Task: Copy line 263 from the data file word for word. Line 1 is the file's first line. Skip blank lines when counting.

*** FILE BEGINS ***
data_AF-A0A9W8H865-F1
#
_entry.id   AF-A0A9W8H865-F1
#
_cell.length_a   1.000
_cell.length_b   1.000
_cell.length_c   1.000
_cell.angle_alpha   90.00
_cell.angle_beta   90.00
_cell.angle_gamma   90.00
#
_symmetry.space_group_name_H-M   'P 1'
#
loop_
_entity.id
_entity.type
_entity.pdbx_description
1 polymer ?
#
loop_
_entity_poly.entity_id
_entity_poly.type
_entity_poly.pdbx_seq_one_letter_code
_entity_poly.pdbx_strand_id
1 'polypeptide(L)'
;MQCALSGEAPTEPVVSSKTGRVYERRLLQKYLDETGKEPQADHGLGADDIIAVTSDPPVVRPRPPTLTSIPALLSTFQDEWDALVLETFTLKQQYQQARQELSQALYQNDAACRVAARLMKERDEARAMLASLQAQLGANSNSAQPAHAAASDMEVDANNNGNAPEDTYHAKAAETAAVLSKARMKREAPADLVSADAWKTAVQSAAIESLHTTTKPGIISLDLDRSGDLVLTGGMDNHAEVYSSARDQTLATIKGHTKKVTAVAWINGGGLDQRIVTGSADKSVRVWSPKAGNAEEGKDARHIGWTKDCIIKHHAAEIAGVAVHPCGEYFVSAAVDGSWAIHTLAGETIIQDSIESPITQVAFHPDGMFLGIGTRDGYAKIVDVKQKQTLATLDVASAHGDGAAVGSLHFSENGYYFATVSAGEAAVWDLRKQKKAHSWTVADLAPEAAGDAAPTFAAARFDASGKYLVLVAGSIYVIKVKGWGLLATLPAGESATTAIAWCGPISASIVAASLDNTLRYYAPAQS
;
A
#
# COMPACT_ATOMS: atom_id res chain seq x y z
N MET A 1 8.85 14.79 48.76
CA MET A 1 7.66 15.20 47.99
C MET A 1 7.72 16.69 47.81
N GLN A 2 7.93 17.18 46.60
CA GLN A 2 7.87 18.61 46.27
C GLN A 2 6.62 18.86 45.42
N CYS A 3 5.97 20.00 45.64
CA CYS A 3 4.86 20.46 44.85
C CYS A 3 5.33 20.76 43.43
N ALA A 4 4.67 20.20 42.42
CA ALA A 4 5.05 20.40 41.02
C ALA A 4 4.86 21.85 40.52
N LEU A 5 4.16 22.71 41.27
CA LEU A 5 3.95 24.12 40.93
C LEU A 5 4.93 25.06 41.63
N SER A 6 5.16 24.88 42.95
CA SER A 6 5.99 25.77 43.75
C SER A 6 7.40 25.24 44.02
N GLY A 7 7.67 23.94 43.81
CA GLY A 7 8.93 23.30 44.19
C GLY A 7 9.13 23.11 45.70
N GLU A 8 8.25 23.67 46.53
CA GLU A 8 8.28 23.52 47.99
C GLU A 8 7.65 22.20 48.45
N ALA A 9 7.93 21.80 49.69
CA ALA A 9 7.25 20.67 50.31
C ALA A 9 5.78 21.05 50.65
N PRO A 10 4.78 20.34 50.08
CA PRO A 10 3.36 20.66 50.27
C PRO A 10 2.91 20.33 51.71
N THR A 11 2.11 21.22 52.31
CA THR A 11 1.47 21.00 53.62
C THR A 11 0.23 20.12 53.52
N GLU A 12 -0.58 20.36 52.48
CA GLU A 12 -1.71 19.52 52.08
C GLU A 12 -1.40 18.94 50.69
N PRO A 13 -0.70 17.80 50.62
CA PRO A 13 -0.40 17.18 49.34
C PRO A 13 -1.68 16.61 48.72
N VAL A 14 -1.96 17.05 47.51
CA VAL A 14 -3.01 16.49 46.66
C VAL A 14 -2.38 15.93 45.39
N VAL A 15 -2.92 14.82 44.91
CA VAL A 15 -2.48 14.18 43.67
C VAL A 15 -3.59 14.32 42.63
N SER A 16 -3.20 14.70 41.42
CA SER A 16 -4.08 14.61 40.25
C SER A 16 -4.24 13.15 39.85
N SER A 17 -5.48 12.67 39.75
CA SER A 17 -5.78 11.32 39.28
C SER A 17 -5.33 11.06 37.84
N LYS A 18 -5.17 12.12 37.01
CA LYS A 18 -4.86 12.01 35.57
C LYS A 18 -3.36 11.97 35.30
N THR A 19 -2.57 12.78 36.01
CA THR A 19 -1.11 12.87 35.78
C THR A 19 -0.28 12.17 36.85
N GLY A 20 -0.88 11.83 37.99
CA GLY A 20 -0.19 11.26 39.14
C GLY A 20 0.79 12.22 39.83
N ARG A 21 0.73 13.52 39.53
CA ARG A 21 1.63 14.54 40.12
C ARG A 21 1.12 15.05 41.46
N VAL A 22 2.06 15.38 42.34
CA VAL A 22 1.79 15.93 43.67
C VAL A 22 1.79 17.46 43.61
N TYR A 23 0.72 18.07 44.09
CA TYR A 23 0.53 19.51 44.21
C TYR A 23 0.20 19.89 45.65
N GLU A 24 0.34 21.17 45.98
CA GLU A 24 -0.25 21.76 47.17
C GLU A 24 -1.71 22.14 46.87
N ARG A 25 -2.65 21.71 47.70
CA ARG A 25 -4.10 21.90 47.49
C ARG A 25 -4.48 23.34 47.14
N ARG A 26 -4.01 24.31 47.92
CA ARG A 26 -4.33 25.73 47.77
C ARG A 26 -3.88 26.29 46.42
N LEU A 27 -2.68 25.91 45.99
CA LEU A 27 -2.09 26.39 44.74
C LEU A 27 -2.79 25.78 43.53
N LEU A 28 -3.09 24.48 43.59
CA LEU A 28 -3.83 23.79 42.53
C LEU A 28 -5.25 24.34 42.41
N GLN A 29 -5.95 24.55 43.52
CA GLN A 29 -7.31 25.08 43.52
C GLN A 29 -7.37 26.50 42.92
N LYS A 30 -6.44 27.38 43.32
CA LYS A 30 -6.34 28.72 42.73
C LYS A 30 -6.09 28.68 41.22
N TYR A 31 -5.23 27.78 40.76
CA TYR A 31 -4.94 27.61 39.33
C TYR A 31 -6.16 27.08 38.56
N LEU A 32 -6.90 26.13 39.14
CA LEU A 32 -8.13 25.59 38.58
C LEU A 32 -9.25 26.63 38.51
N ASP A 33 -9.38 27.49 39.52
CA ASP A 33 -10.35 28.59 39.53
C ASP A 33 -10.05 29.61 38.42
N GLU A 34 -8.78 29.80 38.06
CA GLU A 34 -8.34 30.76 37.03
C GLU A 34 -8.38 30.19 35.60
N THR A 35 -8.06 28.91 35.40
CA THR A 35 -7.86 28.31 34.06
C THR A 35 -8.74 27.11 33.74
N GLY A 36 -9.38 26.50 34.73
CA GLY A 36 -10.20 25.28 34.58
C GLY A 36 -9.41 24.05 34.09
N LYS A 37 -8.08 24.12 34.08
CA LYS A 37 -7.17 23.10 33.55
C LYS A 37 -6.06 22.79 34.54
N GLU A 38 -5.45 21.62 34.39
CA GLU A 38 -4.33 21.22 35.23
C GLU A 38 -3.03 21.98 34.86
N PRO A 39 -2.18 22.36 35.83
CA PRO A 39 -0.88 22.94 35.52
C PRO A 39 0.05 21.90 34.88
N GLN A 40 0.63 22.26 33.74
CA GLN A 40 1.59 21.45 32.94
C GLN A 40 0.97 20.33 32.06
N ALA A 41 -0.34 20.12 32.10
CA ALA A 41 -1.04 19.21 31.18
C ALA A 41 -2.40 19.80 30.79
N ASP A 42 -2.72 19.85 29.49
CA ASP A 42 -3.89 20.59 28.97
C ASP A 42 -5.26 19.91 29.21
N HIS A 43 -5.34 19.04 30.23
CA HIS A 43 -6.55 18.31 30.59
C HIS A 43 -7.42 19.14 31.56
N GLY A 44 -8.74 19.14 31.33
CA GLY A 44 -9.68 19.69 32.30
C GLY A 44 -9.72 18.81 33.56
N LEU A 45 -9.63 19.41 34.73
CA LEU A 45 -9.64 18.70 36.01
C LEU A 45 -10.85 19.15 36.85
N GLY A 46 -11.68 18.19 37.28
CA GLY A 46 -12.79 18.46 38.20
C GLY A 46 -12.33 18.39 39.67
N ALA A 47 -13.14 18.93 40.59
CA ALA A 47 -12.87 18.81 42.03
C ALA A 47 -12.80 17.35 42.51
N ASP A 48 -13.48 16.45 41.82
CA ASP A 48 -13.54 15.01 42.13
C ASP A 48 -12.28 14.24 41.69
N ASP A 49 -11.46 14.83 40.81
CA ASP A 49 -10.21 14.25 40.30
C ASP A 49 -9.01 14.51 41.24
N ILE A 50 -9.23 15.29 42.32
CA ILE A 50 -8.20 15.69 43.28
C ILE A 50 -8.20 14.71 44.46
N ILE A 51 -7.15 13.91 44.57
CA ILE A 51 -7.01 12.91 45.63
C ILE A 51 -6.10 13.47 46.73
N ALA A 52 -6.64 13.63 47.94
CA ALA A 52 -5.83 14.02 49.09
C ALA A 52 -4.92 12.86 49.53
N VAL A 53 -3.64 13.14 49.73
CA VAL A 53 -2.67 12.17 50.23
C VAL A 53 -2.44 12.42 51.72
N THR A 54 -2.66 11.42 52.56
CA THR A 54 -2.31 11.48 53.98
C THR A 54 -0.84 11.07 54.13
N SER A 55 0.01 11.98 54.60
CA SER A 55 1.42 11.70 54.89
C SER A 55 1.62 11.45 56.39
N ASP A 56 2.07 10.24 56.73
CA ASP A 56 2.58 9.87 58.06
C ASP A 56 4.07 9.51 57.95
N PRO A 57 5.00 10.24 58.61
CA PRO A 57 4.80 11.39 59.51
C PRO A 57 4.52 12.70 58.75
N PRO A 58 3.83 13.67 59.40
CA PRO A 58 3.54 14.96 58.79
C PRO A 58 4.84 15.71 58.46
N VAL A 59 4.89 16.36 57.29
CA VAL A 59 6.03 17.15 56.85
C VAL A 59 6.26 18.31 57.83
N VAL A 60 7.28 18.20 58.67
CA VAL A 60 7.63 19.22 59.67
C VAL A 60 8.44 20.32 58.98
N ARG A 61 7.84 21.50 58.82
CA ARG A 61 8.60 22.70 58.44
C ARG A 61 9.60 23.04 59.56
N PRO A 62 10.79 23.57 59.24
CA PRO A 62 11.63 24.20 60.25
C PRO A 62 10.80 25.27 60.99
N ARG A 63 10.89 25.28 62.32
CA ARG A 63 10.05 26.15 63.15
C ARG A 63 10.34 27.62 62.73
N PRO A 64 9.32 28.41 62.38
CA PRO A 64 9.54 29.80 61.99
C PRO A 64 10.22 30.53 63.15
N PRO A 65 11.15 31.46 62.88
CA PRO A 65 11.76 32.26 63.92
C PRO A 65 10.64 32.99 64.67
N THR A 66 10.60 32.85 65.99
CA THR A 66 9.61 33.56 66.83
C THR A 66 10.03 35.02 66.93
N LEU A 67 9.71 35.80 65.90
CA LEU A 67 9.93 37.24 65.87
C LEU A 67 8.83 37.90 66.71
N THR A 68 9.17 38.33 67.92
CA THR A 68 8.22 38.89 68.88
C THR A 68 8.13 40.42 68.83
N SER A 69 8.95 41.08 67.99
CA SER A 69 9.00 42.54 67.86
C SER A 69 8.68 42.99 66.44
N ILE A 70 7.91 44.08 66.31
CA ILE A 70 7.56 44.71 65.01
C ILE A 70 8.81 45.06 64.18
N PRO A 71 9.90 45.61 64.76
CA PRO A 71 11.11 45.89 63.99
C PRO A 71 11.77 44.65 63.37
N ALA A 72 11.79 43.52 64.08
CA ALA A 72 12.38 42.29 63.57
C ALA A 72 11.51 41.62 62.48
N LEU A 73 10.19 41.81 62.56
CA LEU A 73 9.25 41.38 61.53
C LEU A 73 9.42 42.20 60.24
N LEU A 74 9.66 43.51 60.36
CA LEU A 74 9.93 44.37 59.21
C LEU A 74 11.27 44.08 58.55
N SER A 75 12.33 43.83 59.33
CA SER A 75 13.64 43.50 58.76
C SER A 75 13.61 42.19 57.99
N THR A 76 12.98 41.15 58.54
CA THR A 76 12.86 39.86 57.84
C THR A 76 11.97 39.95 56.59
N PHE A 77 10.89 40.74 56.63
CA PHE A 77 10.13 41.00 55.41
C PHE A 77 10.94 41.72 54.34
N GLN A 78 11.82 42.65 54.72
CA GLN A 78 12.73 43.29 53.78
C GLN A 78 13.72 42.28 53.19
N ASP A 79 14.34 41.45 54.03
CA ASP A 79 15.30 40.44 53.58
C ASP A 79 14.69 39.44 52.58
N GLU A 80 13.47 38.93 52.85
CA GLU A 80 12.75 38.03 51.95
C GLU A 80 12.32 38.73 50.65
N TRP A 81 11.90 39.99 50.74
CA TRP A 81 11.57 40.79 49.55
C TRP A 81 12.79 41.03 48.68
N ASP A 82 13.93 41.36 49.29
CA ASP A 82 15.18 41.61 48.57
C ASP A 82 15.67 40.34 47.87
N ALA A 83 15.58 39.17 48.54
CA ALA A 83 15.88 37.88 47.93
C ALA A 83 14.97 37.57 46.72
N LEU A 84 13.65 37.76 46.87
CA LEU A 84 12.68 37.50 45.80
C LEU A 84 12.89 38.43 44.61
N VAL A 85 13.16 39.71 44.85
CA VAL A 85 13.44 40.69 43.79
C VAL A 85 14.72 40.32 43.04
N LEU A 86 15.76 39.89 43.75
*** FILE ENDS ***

CA GLN A 78 12.73 43.29 53.78